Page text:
It’s good to know that some people, like the Mars One candidates, are still capable of taking a calculated risk. Mars One could become the aerospace version of what entrepreneur Seth Godin calls a “purple cow” in one of his books on effective marketing – something that is still a cow, but is just different enough to get noticed if you can get it in front of the right audience. It wraps something that that people can understand into a new experience and attracts the early adopters who see how this new project can affect their daily lives in a positive way. Mars One would become the first private organization to put people on another celestial body rather than a government agency doing it. It saves costs by not including the return trip, which also has the side effect of being a useful way to get some drama in front of an audience. It already has the early adopters in the form of more than a thousand Mars One candidates who are spreading the word with their local news agencies. Can four people live long-term on another planet with a hostile environment and no guaranteed trip home in sight? We will certainly find out and we will also hopefully help pioneering people around the world remember that the frontier is still out there even if there are very few completely unknown parts of Earth left.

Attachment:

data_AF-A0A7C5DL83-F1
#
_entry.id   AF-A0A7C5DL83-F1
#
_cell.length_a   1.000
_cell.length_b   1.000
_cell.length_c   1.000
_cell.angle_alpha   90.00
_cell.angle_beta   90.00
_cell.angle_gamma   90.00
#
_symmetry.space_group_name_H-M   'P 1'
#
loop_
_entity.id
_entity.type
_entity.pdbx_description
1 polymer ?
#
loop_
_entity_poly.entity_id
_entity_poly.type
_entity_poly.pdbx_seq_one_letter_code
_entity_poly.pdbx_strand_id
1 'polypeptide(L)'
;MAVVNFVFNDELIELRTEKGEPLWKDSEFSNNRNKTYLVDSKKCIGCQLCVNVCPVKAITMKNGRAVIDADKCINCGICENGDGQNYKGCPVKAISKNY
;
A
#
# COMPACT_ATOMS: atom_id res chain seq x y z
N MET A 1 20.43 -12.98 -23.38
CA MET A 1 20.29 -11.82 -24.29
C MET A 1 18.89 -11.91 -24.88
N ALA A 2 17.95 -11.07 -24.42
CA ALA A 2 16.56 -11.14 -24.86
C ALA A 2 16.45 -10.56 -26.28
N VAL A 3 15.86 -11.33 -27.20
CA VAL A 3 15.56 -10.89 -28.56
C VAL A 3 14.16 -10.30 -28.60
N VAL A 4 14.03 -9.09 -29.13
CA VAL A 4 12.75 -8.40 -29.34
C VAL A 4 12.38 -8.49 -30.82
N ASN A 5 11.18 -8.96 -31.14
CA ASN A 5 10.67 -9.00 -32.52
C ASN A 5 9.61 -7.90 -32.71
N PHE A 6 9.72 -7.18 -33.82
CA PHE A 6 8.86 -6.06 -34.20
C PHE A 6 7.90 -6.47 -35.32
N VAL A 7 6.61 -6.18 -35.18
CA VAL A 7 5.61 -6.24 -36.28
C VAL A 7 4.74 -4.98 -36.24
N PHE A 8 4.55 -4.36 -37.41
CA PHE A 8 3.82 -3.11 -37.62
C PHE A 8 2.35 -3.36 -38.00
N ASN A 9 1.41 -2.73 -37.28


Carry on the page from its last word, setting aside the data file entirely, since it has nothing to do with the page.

The final frontier is only visible if you are willing to get outside of your comfort zone and get away from the city lights to look up. (Take a good telescope with you.) Those of us who are space enthusiasts and willing to support it even if it means getting our own hands dirty and strapping ourselves into that rocket know that it is not going to be easy. Going there will be a risky business, but the ones who can take a calculated and managed risk will be the ones who will make it to Mars.
Look Up at the Final Frontier